When you think about homelessness, there is commonly a specific picture that comes to your mind.
Is that picture somewhere along the line of a person in dirty clothing, suffering from a mental health condition, and not someone you enthusiastically want to approach or help? This preconceived idea about what all people experiencing homelessness look or act like casts a shadow on the reality of homelessness within our community.
There are four types of homelessness that people can experience, and today, we are taking a deeper dive into each type and how we can support people at every stage to help end homelessness in our community.
Types of homelessness
Transitional homelessness often occurs when a catastrophic or disastrous event has happened in someone's life, for example, the loss of a job, domestic violence, or a major medical event. Transitional homelessness is the most common form of homelessness. Usually, people experience transitional homelessness temporarily, and employment is common among these individuals. “Many people experiencing transitional homelessness tend to be younger. Youth are often harassed and discriminated against when they seek alternative housing, contributing to their disproportionately high rate of homelessness.” – Red Nose Day
Episodic homelessness refers to people who fluctuate in and out of homelessness up to three times within a year. Periods of homelessness four times or greater a year are considered transitional homelessness. Episodic homelessness commonly affects the younger populations and people affected by health issues.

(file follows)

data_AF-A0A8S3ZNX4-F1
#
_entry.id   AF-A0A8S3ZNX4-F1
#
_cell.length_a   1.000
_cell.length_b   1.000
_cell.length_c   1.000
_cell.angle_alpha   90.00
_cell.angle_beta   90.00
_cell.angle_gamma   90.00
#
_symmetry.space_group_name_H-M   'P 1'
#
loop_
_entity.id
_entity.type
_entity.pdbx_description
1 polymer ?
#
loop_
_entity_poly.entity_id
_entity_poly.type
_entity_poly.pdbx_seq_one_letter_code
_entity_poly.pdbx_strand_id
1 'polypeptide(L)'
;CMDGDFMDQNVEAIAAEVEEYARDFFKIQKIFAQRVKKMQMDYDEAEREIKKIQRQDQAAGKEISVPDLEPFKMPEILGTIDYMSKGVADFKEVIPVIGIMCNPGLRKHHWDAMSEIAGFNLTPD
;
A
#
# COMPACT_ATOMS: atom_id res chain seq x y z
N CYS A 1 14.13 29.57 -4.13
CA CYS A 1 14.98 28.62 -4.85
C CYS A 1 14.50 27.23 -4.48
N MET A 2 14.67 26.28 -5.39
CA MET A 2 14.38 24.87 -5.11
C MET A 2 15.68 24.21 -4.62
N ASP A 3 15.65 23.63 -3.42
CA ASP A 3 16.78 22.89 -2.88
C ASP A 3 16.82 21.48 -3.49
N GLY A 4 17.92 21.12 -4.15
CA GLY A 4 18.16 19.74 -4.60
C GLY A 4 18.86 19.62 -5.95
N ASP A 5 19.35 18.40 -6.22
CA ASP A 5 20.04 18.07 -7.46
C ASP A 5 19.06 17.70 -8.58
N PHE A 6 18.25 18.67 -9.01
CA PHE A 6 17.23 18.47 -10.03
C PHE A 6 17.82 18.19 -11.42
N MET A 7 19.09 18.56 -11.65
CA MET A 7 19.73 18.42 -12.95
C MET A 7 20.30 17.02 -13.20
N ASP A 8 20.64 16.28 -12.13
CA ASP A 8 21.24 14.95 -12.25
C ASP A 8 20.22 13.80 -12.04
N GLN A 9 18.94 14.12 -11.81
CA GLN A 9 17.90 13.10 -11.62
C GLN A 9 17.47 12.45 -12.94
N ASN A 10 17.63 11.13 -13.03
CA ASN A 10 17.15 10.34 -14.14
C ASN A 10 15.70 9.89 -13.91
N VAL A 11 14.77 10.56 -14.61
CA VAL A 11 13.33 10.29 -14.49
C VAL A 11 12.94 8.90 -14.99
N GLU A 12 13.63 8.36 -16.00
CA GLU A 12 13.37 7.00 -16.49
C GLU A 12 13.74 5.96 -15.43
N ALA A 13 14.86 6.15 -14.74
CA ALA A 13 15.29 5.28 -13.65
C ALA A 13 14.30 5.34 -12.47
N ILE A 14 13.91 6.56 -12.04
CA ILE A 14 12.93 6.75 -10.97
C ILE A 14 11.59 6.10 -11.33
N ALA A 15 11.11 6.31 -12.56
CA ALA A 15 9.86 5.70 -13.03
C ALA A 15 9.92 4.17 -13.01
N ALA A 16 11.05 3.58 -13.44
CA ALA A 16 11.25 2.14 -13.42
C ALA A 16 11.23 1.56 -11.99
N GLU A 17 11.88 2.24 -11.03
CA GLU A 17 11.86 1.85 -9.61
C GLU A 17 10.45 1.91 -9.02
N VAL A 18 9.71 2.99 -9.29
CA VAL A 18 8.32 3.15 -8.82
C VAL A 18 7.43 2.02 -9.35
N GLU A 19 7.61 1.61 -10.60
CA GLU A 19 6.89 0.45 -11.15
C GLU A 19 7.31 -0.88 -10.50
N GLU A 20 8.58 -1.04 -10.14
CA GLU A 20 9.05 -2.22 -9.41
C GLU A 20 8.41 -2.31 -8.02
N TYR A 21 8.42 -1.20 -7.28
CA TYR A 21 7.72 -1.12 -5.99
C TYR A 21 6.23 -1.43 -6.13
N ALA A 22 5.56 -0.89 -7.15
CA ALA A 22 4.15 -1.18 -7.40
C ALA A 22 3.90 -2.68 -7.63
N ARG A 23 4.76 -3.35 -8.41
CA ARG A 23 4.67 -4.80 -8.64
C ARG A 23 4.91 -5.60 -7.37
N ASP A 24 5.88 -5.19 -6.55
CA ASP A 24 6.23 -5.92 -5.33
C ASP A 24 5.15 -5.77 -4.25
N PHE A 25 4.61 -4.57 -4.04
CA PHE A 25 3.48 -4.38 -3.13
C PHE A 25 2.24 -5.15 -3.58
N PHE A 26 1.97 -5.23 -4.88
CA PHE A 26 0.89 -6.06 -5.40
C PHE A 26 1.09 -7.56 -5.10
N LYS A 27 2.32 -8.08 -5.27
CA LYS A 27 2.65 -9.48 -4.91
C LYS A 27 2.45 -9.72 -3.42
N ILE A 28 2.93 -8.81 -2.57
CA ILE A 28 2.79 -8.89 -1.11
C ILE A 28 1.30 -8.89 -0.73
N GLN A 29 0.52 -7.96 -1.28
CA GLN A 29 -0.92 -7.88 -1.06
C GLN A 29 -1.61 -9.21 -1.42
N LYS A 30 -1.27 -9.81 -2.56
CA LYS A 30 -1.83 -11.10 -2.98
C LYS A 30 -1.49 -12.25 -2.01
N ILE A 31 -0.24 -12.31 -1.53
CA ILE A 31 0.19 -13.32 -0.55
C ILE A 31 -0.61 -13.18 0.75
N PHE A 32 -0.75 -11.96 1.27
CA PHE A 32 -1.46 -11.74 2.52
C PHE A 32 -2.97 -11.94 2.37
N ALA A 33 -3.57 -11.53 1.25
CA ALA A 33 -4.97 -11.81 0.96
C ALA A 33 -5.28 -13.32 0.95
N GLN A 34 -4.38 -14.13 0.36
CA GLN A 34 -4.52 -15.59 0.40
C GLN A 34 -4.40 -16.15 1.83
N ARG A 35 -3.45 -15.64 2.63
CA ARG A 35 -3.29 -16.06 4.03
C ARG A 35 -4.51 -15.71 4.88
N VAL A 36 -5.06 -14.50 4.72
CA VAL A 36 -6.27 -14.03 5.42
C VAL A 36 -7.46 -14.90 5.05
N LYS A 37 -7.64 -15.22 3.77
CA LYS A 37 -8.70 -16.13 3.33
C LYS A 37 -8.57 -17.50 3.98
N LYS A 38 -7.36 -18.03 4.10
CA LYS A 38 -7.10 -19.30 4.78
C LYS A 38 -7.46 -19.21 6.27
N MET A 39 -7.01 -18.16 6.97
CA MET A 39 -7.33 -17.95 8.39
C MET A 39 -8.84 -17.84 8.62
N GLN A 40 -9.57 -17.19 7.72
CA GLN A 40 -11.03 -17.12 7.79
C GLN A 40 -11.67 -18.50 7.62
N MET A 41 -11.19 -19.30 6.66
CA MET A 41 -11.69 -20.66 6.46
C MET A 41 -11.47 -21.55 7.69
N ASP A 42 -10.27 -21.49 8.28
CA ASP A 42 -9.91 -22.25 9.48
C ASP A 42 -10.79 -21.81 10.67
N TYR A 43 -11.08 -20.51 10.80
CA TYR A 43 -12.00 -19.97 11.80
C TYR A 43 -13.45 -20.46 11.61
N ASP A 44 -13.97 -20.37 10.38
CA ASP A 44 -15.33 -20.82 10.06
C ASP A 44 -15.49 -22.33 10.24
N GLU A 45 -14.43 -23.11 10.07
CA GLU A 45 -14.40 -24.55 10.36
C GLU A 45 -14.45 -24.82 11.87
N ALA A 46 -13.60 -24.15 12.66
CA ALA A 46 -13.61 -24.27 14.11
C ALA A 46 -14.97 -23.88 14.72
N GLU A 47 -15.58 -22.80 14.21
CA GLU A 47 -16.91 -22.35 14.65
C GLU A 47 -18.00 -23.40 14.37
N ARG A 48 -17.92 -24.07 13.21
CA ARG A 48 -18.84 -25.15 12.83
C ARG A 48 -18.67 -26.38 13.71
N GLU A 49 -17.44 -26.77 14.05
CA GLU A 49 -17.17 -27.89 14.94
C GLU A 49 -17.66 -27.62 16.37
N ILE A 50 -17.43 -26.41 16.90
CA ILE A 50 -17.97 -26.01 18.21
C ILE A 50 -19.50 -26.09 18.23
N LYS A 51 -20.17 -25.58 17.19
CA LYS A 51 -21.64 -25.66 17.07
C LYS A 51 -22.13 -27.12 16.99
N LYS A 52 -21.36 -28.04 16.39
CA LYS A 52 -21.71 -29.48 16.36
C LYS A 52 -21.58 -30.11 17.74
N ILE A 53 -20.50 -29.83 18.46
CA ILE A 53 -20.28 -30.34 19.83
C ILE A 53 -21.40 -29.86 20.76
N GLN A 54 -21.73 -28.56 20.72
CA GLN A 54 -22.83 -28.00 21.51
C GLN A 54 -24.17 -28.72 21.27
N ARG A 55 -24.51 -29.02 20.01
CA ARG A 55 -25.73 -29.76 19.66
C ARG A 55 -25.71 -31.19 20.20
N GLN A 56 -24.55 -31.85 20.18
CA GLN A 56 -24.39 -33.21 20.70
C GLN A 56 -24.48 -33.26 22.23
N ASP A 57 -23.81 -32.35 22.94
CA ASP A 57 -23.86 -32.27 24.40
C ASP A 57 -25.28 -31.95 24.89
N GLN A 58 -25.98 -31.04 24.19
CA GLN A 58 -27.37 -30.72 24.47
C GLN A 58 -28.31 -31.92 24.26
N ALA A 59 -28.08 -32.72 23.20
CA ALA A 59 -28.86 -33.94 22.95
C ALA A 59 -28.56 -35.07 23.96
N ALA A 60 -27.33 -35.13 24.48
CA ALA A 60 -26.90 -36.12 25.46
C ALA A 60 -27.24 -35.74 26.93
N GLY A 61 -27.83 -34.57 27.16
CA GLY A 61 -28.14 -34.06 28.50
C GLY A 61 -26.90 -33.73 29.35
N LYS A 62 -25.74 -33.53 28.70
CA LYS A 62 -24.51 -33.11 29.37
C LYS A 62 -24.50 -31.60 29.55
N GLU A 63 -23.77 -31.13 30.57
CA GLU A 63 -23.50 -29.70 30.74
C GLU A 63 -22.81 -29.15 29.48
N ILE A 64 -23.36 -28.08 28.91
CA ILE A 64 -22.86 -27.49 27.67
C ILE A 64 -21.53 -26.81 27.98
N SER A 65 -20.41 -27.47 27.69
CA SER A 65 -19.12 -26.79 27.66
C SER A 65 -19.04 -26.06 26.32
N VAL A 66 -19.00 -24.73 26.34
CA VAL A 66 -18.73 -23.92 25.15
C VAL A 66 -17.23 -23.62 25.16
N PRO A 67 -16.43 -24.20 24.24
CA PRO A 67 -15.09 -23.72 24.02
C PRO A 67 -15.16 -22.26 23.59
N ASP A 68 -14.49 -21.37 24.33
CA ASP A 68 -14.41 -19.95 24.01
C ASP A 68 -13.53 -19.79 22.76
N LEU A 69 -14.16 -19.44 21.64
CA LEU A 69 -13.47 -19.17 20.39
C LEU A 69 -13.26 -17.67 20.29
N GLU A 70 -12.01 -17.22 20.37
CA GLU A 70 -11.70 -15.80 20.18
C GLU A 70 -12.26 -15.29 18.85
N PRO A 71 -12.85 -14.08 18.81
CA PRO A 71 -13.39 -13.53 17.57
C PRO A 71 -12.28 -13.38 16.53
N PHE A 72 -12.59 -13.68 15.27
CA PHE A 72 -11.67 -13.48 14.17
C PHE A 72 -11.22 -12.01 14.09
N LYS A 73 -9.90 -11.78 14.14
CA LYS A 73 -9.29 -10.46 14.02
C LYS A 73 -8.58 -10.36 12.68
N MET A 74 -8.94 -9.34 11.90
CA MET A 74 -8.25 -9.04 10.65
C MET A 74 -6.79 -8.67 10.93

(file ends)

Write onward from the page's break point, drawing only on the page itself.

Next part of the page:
Chronic Homelessness is the most visible and known form of homelessness. It occurs when someone has experienced homelessness for an extended period. People navigating chronic homelessness experience significant barriers preventing access to resources and meeting basic needs. Complex mental and physical disabilities and addiction are common barriers that make chronic homelessness occur. This form of homelessness tends to affect the older population. “On a single night in January 2020, there were 110,528 homeless individuals with chronic patterns of homelessness. That is 27 percent of the total population of homeless individuals.” -National Alliance to End Homelessness
Hidden homelessness occurs when living accommodations are temporary. “Couch-surfing, sleeping in vehicles, and finding shelter in abandoned buildings are examples of hidden homelessness. “Experiencing hidden homelessness entails a living situation that is both physically and emotionally precarious.” -Homeless Hub Although available data on the experiences of hidden homelessness is limited, some studies have shown factors like affordable housing, chronic illness, discrimination, and family breakdown as common factors leading to hidden homelessness. It's estimated that the younger population and LGBTQ+ communities are disproportionately affected by hidden homelessness.
Homelessness is not a “one size fits all” social issue within our community. Multiple factors contribute to how and why people experience homelessness. The good news? We have many opportunities and avenues to advocate for and support people through any stage of homelessness they may be experiencing. Our approach at Community Suds is the commitment to ending hygiene and sanitation hardships for people experiencing homelessness. The vision of a community free of homelessness is mighty, but together we are ending homelessness one load at a time.